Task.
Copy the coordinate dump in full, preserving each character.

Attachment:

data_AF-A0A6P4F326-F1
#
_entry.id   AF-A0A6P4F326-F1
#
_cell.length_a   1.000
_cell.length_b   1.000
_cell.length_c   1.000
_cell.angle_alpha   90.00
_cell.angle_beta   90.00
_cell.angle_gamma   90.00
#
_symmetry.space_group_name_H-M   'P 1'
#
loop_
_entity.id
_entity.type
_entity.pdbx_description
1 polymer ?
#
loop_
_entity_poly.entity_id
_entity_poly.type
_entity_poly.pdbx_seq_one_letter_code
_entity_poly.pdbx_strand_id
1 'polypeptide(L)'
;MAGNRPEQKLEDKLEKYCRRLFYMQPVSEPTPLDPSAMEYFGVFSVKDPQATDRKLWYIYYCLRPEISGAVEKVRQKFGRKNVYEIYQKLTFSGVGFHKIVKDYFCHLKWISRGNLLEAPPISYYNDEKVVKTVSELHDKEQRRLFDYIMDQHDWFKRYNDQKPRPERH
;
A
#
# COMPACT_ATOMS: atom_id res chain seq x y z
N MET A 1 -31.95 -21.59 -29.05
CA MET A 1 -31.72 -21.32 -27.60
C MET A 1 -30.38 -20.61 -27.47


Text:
data_AF-A0A6P4F326-F1
#
_entry.id   AF-A0A6P4F326-F1
#
_cell.length_a   1.000
_cell.length_b   1.000
_cell.length_c   1.000
_cell.angle_alpha   90.00
_cell.angle_beta   90.00
_cell.angle_gamma   90.00
#
_symmetry.space_group_name_H-M   'P 1'
#
loop_
_entity.id
_entity.type
_entity.pdbx_description
1 polymer ?
#
loop_
_entity_poly.entity_id
_entity_poly.type
_entity_poly.pdbx_seq_one_letter_code
_entity_poly.pdbx_strand_id
1 'polypeptide(L)'
;MAGNRPEQKLEDKLEKYCRRLFYMQPVSEPTPLDPSAMEYFGVFSVKDPQATDRKLWYIYYCLRPEISGAVEKVRQKFGRKNVYEIYQKLTFSGVGFHKIVKDYFCHLKWISRGNLLEAPPISYYNDEKVVKTVSELHDKEQRRLFDYIMDQHDWFKRYNDQKPRPERH
;
A
#
# COMPACT_ATOMS: atom_id res chain seq x y z
N MET A 1 -31.95 -21.59 -29.05
CA MET A 1 -31.72 -21.32 -27.60
C MET A 1 -30.38 -20.61 -27.47